• Tom Kelly
    Tom Kelly   2 weeks ago

    Well I think that you missed the best one. Earth. We can build islands around the habitable zones of earth through the oceans, deserts, polar and mountain ice caps. We can irrigate the desert, regreen this planet, create abundant life in the oceans and at the poles. We are a very adaptive and creative species, we humans. After earth, the moon is my top choice. There is a whole lot we have yet to accomplish. We can do better. We can turn our ICBM's towards world ending comets and asteroids, thereby saving the planet with our magnificent powers rather then destroying it with our ignorance.

  • wopachop
    wopachop   3 weeks ago

    If the sun expands and swallows up the inner planets, won't that mean that it will be closer to the outer planets making some of the moons more viable?

  • Milesjames136 01
    Milesjames136 01   3 weeks ago

    I don’t think we are capable of building a floating city on another planet never mind earth. Even if we can the temperature would still be 30 to 40 digress up there

  • Somesh Sawalkar
    Somesh Sawalkar   3 weeks ago

    I got an interesting question for ya !!What's in north and south of earth/ our solar system.. considering the fact it's on an angle of 40°..

  • Liam Crosby
    Liam Crosby   4 weeks ago

    So surprised that there wasn’t a permanent moon base before I was born Could have been finished before 1980 fr

  • George Caplin
    George Caplin   4 weeks ago

    “ We have cruise ships out on the ocean containing thousands of people “. we don’t.

  • Um Bongo
    Um Bongo   1 months ago

    I've always thought that Mars lost its atmosphere because it's core cooled. Wouldn't that mean that, if we released gas around Mars, it would just escape?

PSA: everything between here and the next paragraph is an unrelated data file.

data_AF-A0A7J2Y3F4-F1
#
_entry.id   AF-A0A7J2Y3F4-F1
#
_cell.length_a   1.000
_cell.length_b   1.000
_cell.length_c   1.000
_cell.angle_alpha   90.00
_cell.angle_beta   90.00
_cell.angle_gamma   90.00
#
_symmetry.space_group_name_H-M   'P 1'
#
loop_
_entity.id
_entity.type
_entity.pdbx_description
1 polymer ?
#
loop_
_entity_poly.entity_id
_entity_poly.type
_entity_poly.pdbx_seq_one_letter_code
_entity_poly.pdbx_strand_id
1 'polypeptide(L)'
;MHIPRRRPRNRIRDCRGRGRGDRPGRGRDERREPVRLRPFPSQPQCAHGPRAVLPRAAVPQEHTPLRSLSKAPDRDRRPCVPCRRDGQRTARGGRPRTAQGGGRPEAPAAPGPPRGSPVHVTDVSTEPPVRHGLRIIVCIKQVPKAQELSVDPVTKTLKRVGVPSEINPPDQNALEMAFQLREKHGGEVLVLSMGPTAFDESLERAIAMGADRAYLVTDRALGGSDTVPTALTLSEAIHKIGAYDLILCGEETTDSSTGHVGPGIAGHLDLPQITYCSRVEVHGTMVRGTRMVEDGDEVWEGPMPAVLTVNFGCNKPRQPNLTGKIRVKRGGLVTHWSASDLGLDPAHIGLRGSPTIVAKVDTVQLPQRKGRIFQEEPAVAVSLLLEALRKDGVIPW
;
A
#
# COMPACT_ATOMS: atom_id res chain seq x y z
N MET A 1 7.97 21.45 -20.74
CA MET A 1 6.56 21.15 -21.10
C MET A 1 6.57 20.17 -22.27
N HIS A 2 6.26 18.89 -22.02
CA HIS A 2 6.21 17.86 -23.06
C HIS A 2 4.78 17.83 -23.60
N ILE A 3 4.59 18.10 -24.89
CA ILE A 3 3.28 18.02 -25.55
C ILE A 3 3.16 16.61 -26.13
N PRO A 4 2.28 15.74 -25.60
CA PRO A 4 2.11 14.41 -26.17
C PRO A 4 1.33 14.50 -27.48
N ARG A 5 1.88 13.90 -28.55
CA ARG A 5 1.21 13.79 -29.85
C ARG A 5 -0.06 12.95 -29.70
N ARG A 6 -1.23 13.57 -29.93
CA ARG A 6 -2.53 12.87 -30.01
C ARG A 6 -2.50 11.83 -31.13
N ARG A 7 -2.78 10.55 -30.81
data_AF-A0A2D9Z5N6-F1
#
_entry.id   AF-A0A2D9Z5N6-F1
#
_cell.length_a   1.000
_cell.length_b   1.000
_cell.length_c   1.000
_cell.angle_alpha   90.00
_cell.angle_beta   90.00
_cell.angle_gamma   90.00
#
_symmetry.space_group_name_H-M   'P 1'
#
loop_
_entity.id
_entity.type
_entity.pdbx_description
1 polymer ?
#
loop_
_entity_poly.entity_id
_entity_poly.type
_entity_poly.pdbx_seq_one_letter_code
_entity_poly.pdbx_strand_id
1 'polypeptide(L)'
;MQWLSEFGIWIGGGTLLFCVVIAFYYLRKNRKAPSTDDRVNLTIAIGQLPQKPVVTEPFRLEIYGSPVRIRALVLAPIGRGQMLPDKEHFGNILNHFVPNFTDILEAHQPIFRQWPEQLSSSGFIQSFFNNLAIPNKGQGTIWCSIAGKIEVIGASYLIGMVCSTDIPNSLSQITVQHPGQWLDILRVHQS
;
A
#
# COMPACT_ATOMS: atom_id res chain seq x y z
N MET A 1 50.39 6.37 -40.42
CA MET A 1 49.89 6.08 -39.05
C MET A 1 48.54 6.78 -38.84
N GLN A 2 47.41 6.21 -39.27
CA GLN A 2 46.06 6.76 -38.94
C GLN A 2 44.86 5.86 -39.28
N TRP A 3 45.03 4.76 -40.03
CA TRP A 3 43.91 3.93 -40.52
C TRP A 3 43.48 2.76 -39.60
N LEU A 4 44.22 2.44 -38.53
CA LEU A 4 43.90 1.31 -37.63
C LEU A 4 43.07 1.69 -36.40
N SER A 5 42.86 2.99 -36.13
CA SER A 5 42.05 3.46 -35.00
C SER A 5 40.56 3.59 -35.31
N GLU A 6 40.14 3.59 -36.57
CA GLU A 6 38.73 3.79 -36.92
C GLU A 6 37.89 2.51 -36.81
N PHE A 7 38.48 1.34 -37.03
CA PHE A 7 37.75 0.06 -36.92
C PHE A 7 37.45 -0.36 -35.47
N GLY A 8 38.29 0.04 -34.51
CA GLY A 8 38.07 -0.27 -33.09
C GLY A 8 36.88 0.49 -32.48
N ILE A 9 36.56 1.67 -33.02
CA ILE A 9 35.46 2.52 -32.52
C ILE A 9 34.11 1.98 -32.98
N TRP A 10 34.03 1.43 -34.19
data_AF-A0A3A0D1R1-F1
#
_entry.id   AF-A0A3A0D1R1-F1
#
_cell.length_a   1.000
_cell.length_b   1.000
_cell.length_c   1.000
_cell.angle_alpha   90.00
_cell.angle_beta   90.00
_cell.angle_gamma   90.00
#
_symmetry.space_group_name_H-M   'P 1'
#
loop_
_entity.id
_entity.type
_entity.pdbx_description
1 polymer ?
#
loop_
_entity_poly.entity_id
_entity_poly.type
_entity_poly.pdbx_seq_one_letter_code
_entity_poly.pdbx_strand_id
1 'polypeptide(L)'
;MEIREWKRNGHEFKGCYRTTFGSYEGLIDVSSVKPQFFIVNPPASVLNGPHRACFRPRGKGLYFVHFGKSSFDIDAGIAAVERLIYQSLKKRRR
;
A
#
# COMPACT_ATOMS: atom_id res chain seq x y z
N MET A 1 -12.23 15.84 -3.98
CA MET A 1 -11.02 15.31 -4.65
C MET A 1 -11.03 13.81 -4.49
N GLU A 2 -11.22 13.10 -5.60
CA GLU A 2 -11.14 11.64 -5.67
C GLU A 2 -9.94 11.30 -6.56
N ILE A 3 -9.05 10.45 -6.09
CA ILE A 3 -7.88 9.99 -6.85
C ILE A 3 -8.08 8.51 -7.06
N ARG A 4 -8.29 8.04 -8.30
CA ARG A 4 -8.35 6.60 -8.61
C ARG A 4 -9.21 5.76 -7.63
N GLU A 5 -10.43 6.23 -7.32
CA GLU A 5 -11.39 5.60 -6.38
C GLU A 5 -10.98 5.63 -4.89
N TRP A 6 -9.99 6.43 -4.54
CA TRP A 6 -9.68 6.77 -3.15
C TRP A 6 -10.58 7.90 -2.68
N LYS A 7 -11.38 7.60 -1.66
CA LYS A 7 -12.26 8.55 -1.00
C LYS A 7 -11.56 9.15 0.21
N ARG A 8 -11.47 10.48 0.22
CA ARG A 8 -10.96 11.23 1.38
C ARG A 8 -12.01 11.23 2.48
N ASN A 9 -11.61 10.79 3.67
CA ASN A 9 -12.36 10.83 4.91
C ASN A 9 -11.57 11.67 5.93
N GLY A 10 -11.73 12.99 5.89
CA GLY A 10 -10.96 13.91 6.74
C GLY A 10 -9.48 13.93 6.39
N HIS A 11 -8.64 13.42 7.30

• Jason Rigby
    Jason Rigby   1 months ago

    Mercury is actually the closest planet, on average, to ever planet in the solar system.

  • 911LookuptheLavonAffair

    So Titan's problems are lack of gravity, and low temperatures... but the air pressure is great. In that case, how about the idea of terraforming Titan? Titan, being a gas giant moon, is in the vicinity of the asteroid belt. Perhaps some large asteroids could be moved onto a collision course with Titan, quickly increasing the mass (and therefore the gravity) of the planet. Then, the temperature might be able to be modified by engineering greenhouse gas production facilities that produce greenhouse gasses many times more potent than CO2 and release them into Titan's atmosphere.Seems like Titan might be a good candidate for terraforming projects in the long-term, eh?

  • 911LookuptheLavonAffair

    The problem with melting Martian polar ice caps to release CO2 into the atmosphere to warm up the planet is that the added atmosphere might just get blown away by solar winds. The Martian atmosphere is not as durable because it doesn't have a magnetic field.We should just focus on establishing a permanent base there before we even think about terraforming it. Once the base (or small colony) gets going, people will have more of an incentive to invest the resources into a terraforming project and figuring out how to make it work.